Somewhere in the next three years, the United States is very likely to find itself $20 trillion in debt, and unprecedented amount of money, about double the amount of currency in circulation in the entire country. Credit agencies are starting to sit up and take notice; the nation has been downgraded once, during President Obama's first term in office, and are threatening to do so again if the legislators don't take concrete steps to reduce the government's operating deficit, now running over a trillion dollars a year. Put another way, the government is borrowing 40% of its expenditures, each and every year. How can the country dig itself out of this hole?
Austerity Measures. These involve slashing government spending and finding ways to increase revenue in order to operate frugally and pay down debt. Most notably, in US history, the 29th President, Warren G. Harding slashed the federal budget to stop the bleeding left over from World War I, and to pay off the liabilities accrued from the same. To raise revenues, he cut taxes. And it worked. The resulting lift in the economy ushered in "The Roaring Twenties."
Today, the US would have to cut over 40% of its federal budget just to break even. Few in the White House or Congress are willing to even entertain the idea, so the chances of pursuing this course are nil.
Currency Devaluation. Governments in debt have often resorted to "paying" their bills by making up more money. This "stealth tax" eats away at the purchasing power of other funds in circulation, sometimes to the point of creating hyperinflation.
The Federal Reserve recently announced Quantitative Easing IV, a scheme to print $85 billion dollars a month, more than a trillion a year, which is about a tenth of the dollars in the M2 money supply. Ben Bernanke insists that inflation will not increase by more than 2%. At the same time, the Fed is also keeping interest rates very low. It will be difficult for the frugal to find ways for their savings to stay ahead of inflation.
Seize Private Wealth. Besides the aforementioned currency devaluation, there are several ways to do this.
- Higher taxes. Certainly taxation extracts wealth from private citizens, but when taxes increase, people find ways to avoid them, either through loopholes, illegal means, or just quitting so they no longer generate taxable revenue. Ultimately, economies suffer when taxes get too high, so indebted governments find high taxes unreliable.
- Crack-downs on criminals, real or imagined. The United States' Asset Forfeiture Program allows the government to seize private property where crime is suspected, and does not require conviction in order to keep the goods. Not surprisingly, forfeitures have risen dramatically in recent years, and claims of abuse are rampant.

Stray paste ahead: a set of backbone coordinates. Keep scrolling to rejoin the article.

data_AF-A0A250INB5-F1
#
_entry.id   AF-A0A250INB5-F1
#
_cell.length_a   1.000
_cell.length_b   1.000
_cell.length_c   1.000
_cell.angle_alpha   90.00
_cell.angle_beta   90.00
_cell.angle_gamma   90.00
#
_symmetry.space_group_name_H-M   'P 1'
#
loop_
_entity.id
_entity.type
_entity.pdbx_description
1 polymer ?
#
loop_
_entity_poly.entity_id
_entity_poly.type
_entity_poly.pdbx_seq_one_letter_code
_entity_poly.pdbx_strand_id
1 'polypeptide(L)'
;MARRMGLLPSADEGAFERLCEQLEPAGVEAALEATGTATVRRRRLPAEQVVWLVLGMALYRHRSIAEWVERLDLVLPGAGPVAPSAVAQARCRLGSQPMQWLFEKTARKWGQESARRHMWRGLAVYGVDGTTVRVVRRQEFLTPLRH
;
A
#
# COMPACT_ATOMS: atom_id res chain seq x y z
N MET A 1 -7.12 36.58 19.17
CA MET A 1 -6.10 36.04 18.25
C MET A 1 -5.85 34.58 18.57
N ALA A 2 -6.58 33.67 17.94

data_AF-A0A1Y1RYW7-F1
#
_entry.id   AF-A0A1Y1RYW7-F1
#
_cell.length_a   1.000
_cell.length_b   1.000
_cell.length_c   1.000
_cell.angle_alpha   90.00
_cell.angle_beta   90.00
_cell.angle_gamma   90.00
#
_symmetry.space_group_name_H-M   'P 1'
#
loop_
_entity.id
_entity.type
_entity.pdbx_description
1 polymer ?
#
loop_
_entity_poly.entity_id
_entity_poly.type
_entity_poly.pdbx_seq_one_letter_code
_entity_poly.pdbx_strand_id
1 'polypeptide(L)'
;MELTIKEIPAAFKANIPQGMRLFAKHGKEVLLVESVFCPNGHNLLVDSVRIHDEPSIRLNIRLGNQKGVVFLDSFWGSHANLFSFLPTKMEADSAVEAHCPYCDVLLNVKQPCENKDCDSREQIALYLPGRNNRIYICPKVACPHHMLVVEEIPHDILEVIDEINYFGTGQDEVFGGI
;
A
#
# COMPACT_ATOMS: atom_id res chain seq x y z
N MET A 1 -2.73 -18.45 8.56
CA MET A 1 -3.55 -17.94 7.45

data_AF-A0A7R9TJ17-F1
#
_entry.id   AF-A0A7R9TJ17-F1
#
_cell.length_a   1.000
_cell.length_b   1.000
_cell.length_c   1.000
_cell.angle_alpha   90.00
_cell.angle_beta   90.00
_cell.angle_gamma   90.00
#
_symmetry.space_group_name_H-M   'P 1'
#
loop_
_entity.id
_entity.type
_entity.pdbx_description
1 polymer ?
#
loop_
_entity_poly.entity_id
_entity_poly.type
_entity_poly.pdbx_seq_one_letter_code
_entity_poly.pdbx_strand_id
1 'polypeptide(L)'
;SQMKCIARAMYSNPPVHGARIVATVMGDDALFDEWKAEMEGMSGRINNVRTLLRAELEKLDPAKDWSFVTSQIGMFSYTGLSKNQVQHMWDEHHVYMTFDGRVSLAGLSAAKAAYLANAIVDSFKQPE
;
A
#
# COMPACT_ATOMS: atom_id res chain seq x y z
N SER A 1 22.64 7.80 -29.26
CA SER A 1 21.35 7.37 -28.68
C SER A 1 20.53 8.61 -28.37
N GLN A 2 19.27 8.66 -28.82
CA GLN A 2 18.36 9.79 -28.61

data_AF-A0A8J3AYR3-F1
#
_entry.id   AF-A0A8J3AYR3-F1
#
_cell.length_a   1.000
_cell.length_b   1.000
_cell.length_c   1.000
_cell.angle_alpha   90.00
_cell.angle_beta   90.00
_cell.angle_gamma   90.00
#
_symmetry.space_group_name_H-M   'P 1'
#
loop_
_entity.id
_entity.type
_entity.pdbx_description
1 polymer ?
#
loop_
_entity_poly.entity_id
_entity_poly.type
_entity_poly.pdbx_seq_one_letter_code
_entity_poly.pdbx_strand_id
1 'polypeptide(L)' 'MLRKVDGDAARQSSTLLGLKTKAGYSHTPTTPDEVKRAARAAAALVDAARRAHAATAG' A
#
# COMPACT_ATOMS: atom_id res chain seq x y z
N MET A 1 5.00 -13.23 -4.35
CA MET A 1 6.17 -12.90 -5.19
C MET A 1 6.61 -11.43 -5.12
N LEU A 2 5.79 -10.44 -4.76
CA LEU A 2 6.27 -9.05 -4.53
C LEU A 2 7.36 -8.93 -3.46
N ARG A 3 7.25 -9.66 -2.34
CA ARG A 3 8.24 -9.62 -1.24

- Retirement savings. Cash-strapped government leaders are increasingly casting their eyes in the direction of their citizens' long-term savings. Promising to take care of their people themselves, already Argentina and Hungary have justified the seizure of private funds this way. Americans have over $5 trillion in 401K plans, which has not escaped the notice of Congress, who have held hearings about using that money to create a "guaranteed" national retirement savings plan. The US already has a nation retirement savings plan, called Social Security, which is broke because the moneys were reallocated to other priorities.
- Wealth limits. Simply don't allow anyone to have wealth beyond a certain level. This was accomplished in North Korea when the country converted to a new currency at the end of 2009. Citizens were not allowed to convert more than about $740 worth of their old money into new money, so any savings they had beyond that was effectively destroyed. The United States doesn't appear to be contemplating anything similar, though the President caused some alarm when he opined, "I do believe at some point, you've made enough money."
- Wealth taxes. These are paid not based on income, but on net value of assets held. Property taxes and car registration fees are but two examples. Some countries go so far as to tax an individual's total net worth. In this country, some have opined that wealth taxes might be a good idea, but legislatively, wealth taxes have not gained much traction.
- Estate taxes. Currently, upon the death of a wealthy person in the US, the estate owes at least half of the value of everything over $5 million. Heirs often have to liquidate businesses and land holdings in a hurry in order to find the cash.
- Make an enemy. Find a group within to vilify, justifying taking everything of theirs. Jewish asset seizures kept Hitler's regime going. Here in the present-day US, Christian business owners trying to live out their values are getting slapped with steep fines for not paying for abortion-inducing pills.
Default. Already, paying just the interest on the national debt is approaching $300 billion, and that doesn't even make a dent in the principle. If deficit trends continue, or the interest rates rise, at some point even paying the interest rates will be impossible. What then? The majority of America's debt is held by Americans, so American citizens will be the first to feel the pain of nonpayment. Senior citizens won't see their social security checks, welfare recipients will swipe their benefit cards at the local ATM and see "nonsufficient funds" where aid used to be, whole departments will shut down, and more. If we fail to pay our foreign creditors, war could ensue. If we fail to pay ourselves, mass riots could ensue. Either way, it's not pretty.
Notice that almost all of our choices result in a loss of personal liberty.
Elise Cooke, frugal writer extraordinaire, avoids getting into debts that can't be paid, and wishes the government would do the same.